What are Bitcoin Miners Doing?

A quick overview of the most important Bitcoin mining stats - On-chain mining stats


Hey DEFI TIMES community,

China effectively banned Bitcoin mining last week - this could be a significant geopolitical mistake!

In addition to mining, China also cracked down on Chinese payment institutions dealing with crypto transactions.

Those payment institutions include:

  • Alipay

  • the Agricultural Bank of China

  • the China Construction Bank

  • the Postal Savings Bank of China

  • and the Industrial Bank

Both of the news caused a big FUD wave. Besides the price dump, one of the most significant effects was the impact on Bitcoin mining.

A large percentage of Bitcoin’s hash rate comes from China. 

Long story short: miners are rushing to leave China - they are forced to!

As you might have guessed, Bitcoin’s hash rate fell significantly over the past few days - that happens when miners are shutting down or relocate.

But let’s explore some other stuff that’s happening in the mining industry.

Did we suffer significantly from the China news? Or does it still look healthy?

Let’s explore some mining stats today!


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What are Bitcoin Miners Doing?

Hash Rate

Let’s start with the most important metric of them all: The Bitcoin Hash Rate. The Hash Rate ultimately gives evidence of how healthy Bitcoin is.

The higher the hash rate, the safer the network because it’s harder to attack Bitcoin. That’s why we want the hash rate to grow. If it shrinks, something must be wrong, and Bitcoiners get worried.

Whenever the has rate goes down significantly, some people start to become worried that a mining death spiral could occur.

The death spiral theory says that miners leave because of sudden mining unprofitability. As a result, the network hash rate decreases. And then the block time increases, meaning that miners are even less profitable. This vicious cycle would then continue until there are no miners left.

Because Bitcoin's hash rate has been going down significantly during the past few weeks, many people are worried if we could see such a death spiral.

In fact, Bitcoin's hash rate is more than 53% down from what it was in early May - that's a lot!

However, there is one reason for this that explains everything: Chinese miners are only temporarily shutting down their mining gear.

They have to relocate and move somewhere else!

The ASIC mining power is not lost. It will come back as soon as Chinese miners have moved out of China.

The first miners have already moved to Kazakhstan. Others will be moving to the US or somewhere else.

A death spiral is very unlikely here.

Balance in Miner Wallets

Another interesting thing to consider is the bitcoin balance in miner wallets. How are miners reacting to the sharp price- and hash rate decline?

People have been speculating that miners contributed to the price decline over the last few weeks. In the end, miners could be selling to cover the costs of relocating from China. As you can see, miners have reduced their bitcoin holdings by slightly over 5,000 since last month. That's not too much and would probably don't have too much of an impact on Bitcoin's price.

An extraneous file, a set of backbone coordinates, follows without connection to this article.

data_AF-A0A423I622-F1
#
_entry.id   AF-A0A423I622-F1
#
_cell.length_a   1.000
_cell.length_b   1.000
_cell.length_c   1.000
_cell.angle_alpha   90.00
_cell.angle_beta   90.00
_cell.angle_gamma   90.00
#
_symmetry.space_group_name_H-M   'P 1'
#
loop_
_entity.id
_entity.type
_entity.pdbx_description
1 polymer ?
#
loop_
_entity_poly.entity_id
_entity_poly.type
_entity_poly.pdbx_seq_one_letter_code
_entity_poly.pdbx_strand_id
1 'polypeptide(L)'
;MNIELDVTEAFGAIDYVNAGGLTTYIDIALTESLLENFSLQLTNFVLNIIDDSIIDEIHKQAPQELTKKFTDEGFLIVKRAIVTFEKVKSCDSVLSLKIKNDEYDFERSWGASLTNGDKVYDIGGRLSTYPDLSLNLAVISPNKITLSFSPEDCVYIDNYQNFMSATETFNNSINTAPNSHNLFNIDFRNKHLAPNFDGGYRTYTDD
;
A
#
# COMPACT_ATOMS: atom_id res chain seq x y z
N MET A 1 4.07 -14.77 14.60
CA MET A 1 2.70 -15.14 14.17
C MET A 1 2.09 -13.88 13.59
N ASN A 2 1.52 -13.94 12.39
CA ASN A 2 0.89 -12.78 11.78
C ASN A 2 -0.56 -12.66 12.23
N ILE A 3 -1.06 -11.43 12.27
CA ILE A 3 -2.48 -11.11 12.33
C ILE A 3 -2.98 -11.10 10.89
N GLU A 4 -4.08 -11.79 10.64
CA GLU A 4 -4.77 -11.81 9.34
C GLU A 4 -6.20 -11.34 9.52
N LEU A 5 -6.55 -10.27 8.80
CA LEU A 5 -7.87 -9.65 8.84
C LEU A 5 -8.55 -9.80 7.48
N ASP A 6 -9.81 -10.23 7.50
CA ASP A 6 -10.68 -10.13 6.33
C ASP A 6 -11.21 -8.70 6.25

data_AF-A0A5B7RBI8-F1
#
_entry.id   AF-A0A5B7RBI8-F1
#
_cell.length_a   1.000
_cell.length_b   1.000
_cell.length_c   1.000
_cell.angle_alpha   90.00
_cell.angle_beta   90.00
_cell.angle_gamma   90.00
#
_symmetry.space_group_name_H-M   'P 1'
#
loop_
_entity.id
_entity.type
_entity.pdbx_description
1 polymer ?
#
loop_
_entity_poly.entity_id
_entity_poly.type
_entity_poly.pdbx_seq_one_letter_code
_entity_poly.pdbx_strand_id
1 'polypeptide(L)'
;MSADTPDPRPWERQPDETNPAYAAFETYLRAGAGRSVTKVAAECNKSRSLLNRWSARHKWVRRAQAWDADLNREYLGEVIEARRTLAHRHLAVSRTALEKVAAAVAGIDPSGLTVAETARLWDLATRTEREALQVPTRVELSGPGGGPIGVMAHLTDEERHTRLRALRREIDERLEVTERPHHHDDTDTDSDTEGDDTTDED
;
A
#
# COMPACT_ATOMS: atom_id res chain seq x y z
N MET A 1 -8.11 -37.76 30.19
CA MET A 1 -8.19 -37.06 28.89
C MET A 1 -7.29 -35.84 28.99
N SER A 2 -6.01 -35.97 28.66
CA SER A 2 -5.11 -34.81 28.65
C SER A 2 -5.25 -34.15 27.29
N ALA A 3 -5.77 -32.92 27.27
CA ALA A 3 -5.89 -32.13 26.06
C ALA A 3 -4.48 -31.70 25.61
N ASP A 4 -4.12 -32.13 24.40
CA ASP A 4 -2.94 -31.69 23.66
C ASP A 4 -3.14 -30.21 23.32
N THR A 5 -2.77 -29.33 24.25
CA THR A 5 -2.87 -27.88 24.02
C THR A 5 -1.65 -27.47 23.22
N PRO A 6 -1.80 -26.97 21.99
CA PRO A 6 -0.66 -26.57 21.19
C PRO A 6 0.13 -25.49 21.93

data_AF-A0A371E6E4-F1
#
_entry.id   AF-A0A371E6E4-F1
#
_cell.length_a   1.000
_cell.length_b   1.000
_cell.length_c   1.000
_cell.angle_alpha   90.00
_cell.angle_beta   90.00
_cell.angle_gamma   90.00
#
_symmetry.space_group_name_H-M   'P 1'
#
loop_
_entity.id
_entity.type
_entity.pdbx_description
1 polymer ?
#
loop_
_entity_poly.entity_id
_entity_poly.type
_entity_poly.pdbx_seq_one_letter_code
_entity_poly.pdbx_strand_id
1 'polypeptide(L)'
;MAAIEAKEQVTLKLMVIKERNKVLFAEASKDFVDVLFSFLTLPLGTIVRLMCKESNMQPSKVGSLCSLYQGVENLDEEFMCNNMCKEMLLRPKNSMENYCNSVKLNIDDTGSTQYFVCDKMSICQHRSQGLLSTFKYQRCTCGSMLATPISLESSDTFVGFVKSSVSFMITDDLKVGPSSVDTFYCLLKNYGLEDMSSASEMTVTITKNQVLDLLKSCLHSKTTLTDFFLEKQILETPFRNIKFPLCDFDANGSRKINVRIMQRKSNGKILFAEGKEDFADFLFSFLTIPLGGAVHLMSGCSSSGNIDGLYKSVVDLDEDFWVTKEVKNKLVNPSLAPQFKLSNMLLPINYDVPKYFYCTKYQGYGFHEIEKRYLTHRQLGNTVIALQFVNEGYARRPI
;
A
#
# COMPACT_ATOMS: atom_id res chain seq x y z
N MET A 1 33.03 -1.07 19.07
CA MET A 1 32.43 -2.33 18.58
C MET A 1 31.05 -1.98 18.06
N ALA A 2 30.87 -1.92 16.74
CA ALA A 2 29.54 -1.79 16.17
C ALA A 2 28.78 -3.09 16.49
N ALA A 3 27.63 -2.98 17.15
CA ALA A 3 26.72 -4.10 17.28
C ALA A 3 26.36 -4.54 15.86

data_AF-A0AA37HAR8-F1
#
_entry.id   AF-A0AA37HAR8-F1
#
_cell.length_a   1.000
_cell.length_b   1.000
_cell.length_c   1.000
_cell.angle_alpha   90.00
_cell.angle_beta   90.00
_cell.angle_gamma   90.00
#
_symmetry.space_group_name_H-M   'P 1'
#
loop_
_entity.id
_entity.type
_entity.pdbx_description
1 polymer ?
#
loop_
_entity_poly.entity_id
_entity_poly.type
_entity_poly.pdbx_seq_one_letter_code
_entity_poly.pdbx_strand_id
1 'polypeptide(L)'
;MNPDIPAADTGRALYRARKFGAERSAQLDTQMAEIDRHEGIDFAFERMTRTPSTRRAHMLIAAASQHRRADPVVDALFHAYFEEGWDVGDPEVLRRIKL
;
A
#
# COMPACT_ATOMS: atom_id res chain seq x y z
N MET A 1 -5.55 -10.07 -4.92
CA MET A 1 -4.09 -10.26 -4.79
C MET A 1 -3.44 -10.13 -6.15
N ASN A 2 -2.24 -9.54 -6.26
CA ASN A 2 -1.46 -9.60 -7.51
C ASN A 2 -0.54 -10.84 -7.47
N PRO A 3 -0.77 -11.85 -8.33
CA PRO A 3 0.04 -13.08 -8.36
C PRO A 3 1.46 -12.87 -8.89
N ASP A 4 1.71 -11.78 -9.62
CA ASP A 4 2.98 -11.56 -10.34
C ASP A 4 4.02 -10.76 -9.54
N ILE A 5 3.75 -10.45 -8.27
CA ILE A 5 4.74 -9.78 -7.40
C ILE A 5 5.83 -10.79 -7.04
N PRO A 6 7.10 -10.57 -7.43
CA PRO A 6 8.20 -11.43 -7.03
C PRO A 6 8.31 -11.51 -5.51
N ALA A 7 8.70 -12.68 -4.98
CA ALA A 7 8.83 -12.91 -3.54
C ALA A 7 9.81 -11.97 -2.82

That means that miners are currently not selling significant portions of their holdings, which is a positive sign.

Miners are still betting on a price increase! Holding Bitcoin is risky for miners as they have recurring electricity costs to cover. Whenever they take the risk of not selling, they effectively take a long position.

Mining Difficulty

The mining difficulty tracks how difficult it is to mine Bitcoin. It's directly correlated to the hash rate; every two weeks, the mining difficulty adjusts to the total computing power. That means when the hash rate goes down, the difficulty declines too. On the other hand, when the hash rate goes up, it becomes more and more challenging to create the next block.

While a low mining difficulty is a good sign for miners, it's not positive for the network's health - the lower the difficulty, the easier it is to attack Bitcoin.

As you can see, the mining difficulty has greatly fallen since the drop of Bitcoin's hash rate.

While that means that Bitcoin has become more prone to attackers, it also prevents a death spiral.

Even though the hash rate fell, it has become easier to mine Bitcoin. That means that the network has already adjusted to the hash rate drop.

Conclusion

Even though Chinese miners had to shut down their operations, mining on-chain stats look pretty healthy.

There is no danger for a mining death spiral to happen… the difficulty has already adjusted!

Miners are not selling and, rest assured, Chinese computing power will come back! Sooner or later!


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DISCLAIMER: All information presented above is meant for informational purposes only and should not be treated as financial, legal, or tax advice. This article's content solely reflects the opinion of the writer, who is not a financial advisor.

Do your own research before you purchase cryptocurrencies. Any cryptocurrency can go down in value. Holding cryptocurrencies is risky.